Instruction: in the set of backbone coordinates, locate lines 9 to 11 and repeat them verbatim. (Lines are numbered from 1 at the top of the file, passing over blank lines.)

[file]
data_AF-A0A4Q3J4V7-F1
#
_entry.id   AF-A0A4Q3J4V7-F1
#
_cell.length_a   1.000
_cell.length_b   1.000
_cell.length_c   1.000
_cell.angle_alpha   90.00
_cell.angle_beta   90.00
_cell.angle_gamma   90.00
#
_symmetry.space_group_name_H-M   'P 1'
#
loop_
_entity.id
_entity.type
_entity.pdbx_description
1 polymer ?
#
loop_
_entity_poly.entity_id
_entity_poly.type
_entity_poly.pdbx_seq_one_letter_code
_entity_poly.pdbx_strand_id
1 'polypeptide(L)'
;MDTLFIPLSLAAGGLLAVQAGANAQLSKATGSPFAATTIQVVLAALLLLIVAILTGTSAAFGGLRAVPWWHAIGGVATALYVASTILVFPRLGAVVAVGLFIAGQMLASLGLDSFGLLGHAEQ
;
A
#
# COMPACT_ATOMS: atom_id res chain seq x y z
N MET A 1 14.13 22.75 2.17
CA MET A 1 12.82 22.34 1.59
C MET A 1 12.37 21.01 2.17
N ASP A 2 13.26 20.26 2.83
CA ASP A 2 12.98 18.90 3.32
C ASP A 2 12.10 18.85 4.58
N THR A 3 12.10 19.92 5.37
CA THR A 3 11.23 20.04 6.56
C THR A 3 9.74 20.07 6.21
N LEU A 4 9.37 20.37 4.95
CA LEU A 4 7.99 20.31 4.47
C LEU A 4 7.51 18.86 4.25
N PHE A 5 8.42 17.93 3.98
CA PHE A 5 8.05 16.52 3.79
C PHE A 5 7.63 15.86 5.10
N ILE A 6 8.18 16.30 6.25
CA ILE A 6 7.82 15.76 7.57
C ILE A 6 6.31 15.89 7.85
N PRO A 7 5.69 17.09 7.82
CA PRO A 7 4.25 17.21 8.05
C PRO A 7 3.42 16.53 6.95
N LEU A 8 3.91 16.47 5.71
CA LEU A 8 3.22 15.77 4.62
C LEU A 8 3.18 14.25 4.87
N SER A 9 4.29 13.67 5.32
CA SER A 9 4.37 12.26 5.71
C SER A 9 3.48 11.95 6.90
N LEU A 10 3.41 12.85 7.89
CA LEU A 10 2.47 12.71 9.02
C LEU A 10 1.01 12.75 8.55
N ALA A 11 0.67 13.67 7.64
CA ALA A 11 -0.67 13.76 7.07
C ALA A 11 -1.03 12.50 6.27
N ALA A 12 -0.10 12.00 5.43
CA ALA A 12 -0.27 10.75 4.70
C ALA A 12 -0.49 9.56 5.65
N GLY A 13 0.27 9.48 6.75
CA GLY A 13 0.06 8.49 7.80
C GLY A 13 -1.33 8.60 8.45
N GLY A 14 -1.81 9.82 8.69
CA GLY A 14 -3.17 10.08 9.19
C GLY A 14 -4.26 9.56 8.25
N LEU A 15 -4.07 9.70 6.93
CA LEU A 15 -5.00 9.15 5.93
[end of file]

_cell.angle_beta   90.00
_cell.angle_gamma   90.00
#